But in a new interview with Vanity Fair, and within the context of the recent Black Lives Matter protests, she took the time to further elaborate on how the film’s storyline caters primarily to its white viewers.
“Not a lot of narratives are also invested in our humanity,” she said. “They’re invested in the idea of what it means to be Black, but…it’s catering to the white audience.”
Davis went on to explain that while the movie might provide some insight into some of the experiences of Black Americans, its structure and the voices it chooses to centralize do not contribute to a greater culture of understanding.
She doesn’t regret working with the cast and writer-director, she says in the interview. Rather, it’s the film’s faux-deep insight into her character, Aibileen, that set it on the wrong path by opting to tell the story through a white perspective.
“The white audience at the most can sit and get an academic lesson into how we are,” she said. “Then they leave the movie theater and they talk about what it meant. They’re not moved by who we were.”
Davis took on the role in hopes that she would “pop” into stardom, which she said is an opportunity very few Black women get the chance to attempt. Even so, she said the movie’s hesitance to share a more inclusive and accurate story left her feeling disappointment in her involvement.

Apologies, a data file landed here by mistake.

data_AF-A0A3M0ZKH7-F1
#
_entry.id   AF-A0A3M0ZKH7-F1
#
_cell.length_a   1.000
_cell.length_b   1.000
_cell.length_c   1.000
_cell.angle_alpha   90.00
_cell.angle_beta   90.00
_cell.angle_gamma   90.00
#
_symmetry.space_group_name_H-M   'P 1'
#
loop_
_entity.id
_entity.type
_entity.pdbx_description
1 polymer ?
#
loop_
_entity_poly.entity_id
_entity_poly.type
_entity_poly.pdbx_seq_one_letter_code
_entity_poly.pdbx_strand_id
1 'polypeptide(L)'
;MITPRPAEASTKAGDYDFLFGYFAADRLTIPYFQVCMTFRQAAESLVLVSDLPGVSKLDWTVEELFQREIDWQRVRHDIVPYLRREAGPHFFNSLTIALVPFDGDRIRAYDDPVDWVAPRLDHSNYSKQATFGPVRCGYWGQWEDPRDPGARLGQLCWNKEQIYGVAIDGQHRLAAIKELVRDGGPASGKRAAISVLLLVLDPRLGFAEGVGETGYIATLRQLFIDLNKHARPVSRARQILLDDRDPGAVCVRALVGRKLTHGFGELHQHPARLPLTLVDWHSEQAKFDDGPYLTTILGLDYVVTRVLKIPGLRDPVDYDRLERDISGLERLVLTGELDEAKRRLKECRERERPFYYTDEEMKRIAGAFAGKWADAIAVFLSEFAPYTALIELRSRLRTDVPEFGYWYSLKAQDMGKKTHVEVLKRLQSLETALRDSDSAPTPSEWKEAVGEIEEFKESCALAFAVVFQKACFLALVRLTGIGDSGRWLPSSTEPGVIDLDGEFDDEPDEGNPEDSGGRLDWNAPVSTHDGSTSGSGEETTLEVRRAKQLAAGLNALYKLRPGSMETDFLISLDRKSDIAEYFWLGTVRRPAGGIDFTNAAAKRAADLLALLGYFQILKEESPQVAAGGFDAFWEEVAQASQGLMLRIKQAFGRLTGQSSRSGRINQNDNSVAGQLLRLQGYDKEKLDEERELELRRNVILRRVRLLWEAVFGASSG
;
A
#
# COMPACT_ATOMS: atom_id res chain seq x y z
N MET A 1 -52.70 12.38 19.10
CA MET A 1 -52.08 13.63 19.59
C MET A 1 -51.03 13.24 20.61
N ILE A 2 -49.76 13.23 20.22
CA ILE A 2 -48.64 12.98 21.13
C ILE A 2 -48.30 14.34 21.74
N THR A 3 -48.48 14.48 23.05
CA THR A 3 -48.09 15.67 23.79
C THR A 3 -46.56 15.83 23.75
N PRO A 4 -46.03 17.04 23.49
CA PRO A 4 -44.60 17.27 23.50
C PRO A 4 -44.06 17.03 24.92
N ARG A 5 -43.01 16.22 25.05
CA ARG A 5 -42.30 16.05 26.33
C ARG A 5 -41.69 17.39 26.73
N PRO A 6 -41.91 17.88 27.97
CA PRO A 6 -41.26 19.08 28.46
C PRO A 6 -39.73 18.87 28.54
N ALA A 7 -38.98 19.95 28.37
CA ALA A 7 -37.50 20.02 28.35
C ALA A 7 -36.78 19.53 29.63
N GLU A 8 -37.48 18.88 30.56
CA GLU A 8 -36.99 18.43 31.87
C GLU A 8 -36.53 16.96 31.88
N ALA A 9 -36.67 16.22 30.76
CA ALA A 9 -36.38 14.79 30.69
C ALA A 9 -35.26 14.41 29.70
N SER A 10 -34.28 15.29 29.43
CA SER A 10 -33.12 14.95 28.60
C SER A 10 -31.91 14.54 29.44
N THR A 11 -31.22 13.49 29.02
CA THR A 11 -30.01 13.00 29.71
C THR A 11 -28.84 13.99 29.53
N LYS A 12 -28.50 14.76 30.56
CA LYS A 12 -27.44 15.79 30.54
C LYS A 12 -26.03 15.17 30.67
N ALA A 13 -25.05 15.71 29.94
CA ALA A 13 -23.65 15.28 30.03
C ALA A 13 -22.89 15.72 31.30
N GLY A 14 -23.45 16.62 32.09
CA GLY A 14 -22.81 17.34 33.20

“There’s no one who’s not entertained by The Help.,” she says, “But there’s a part of me that feels like I betrayed myself, and my people, because I was in a movie that wasn’t ready to [tell the whole truth.]”
“The Help” was a top title on Netflix at the time of the Black Lives Matter protests, but many film critics and writers pointed out that there were many other titles that would bring greater understanding to the issues.
Davis was hesitant to join the large protests in the middle of a pandemic, she told the magazine, but organized a small masked demonstration in Studio City where she held a sign reading “AHMAUD AURBERY.”
For Davis, though, her protests did not begin with the surge in racial justice activism this year. She said her actions have always been an act of protest.
“I feel like my entire life has been a protest. My production company is my protest. Me not wearing a wig at the Oscars in 2012 was my protest. It is a part of my voice, just like introducing myself to you and saying, ‘Hello, my name is Viola Davis.’”